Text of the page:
The Mihir Chronicles

Letting Go Of Perfectionism

January 19, 2024

Perfection isn't nature's way. It has continued to experiment for billions of years, and yet we are in constant motion of searching for perfection.

Isn't perfection based on individual perception? How do you quantify perfection? How does an artist reach a stopping point and share his or her work with the world? For an incremental change, is it worth loading your cognition? Will it make a huge difference? I continue to ask myself these questions and challenge whether perfection is attainable.

I look to the world and nature to find answers.

First, we do not live in a controlled world. We are seeking for consistency, but the world we operate in is constantly changing. There are lessons to be learned from natural evolution where organisms are going through constant mutation and evolution. The world is constantly expanding and shrinking creating a dynamic environment. This is why adaptation plays a key role for survival.

Second, perfection requires uniformity, but we know everything in nature is unique. Biodiversity plays a critical role in the ecosystem. Welcoming diversity has an advantage.

Third, perfection requires specialization. But we know in a specialized world, we are our own limiting factors because we cannot imagine everything. And if we cannot imagine everything, we cannot have appropriate feedback mechanics in place. To prove this point, no one imagined pandemic in 2020. Every guru that made prediction for 2020 was now in trouble. Specialists start out faster creating immediate gratification. They come out earlier but soon reach a plateau. Generalists start out slower with later gratification with room for a ton of growth. Specialization has drawbacks.

If perfection is unattainable then how do you operate in an uncertain world?

Think long-term. How do you think long-term? Getting the short-term is much harder to target with precision. It is much easier to predict long-term if you have a north star that is several years out. This gives you a lot of room to fail and adapt. Getting the trajectory is not critical as long as you reach your final destination in long-term.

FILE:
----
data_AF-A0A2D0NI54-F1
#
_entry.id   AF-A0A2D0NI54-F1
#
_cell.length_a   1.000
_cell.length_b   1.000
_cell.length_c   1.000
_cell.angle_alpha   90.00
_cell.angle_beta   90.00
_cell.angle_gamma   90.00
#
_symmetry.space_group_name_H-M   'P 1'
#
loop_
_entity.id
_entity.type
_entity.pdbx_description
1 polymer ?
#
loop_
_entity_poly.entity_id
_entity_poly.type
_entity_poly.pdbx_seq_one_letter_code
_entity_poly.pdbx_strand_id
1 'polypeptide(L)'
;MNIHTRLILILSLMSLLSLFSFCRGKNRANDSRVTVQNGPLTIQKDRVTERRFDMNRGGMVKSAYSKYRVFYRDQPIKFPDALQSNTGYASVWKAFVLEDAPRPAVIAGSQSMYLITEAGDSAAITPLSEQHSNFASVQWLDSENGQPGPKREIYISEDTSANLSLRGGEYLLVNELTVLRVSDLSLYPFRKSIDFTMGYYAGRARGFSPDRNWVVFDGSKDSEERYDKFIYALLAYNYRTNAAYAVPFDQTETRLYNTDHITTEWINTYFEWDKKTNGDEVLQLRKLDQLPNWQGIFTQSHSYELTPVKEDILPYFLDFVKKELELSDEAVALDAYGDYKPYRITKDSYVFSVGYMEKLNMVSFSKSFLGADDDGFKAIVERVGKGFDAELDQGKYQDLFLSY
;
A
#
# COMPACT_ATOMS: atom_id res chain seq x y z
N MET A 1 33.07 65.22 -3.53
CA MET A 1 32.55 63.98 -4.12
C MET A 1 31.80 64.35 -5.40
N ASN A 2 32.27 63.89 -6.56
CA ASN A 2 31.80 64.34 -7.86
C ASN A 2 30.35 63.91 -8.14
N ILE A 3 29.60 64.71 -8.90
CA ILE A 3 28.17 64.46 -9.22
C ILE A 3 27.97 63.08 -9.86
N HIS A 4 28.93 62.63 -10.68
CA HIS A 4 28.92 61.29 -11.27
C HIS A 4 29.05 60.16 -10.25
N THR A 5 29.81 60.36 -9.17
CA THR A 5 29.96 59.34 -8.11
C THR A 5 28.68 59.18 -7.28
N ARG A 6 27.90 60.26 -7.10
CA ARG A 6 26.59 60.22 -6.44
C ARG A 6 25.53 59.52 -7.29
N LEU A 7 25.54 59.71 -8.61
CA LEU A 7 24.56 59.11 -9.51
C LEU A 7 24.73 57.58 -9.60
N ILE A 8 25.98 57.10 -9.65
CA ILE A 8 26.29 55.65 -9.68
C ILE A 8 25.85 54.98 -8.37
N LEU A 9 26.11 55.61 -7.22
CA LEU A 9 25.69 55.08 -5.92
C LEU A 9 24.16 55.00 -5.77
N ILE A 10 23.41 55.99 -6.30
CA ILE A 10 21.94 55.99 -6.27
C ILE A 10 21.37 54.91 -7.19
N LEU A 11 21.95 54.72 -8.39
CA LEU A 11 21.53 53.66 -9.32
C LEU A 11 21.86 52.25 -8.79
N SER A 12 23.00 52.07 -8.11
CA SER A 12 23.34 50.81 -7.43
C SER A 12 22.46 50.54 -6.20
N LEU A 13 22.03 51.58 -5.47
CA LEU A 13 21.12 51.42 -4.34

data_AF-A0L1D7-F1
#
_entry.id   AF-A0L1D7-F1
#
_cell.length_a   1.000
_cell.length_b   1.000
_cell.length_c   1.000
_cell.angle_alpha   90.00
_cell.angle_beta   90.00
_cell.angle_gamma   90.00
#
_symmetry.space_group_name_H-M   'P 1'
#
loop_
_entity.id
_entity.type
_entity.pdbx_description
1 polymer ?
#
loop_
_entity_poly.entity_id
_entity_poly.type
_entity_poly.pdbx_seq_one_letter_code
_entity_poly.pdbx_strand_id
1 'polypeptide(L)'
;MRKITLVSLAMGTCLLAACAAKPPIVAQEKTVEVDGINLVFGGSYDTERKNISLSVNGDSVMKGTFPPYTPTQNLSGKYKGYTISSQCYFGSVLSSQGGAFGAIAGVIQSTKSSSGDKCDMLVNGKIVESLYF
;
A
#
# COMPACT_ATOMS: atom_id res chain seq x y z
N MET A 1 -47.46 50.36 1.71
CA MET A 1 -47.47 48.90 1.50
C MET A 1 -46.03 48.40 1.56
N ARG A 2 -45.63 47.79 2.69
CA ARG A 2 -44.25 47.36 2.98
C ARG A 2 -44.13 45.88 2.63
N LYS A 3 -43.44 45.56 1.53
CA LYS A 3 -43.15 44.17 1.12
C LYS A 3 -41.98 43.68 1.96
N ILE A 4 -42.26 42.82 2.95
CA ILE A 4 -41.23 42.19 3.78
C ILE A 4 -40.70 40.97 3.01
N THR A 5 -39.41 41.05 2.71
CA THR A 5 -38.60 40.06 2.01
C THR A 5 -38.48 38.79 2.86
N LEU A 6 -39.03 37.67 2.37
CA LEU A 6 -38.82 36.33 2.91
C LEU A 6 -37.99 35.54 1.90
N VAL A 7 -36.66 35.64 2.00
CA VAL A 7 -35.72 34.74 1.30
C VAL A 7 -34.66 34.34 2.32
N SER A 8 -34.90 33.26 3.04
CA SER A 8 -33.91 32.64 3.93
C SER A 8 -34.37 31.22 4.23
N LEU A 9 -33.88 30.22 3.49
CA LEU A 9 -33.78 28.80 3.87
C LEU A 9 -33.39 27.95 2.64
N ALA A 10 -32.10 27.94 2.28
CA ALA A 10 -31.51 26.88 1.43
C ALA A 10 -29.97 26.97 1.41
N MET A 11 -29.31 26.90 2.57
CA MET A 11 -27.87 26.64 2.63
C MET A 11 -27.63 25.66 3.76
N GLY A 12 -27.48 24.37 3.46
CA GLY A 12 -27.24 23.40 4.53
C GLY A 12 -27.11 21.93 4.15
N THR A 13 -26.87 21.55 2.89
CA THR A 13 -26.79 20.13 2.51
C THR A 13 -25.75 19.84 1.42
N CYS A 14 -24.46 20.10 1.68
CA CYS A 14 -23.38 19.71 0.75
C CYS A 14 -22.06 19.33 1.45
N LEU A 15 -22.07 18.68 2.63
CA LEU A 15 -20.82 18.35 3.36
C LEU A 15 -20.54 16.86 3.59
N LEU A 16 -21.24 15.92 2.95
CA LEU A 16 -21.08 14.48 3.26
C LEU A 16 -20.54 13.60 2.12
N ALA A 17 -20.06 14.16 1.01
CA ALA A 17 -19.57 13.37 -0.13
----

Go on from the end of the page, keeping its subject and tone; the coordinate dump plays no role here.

Long-term thinking requires resiliency and optimism.

Resiliency is hard to find in resumes. Great people know how to overcome adversity. If you have emotional intelligence, you can execute in life and overcome failures. You want to be able to survive for years and decades. Mistakes make you resilient overtime.

Optimism yields resiliency. If you fail and want to get back up, pessimism is not going to help. You want to be optimistic but not inflamed with over-confidence. It can blind you. You want to balance your short-term paranoia with long-term optimism. But in the end, progress requires optimism.

Optimism and resiliency is not enough. You got to make moves. Be decisive. But how?

First look.

In your search for information, you never want to stop too early or too late. You should set aside enough time to explore your options and gathering data. You shouldn't be judgmental while exploring. Know when to stop because not making a decision is hurting you and costing you money and time. The optimal strategy is walking the tightrope between looking too much and not enough.

Then take a leap!

You'll never get everyone to agree to a decision. The best thing you can do is to commit to a decision as long as you trust your or your team's judgment. Gamble with someone who is on the front-line. Being decisive increases velocity. And in the event of a decision not yielding results, you have now put an end to arguments and opinions that was slowing you and your team down. You have information to act on for next steps.

Make decisions to let go of the pursuit of perfection.

The rules of nature are that it evolves, changes and adapts. We should learn this too.

Perfectionism is the voice of an oppressor. Don't let it be your enemy.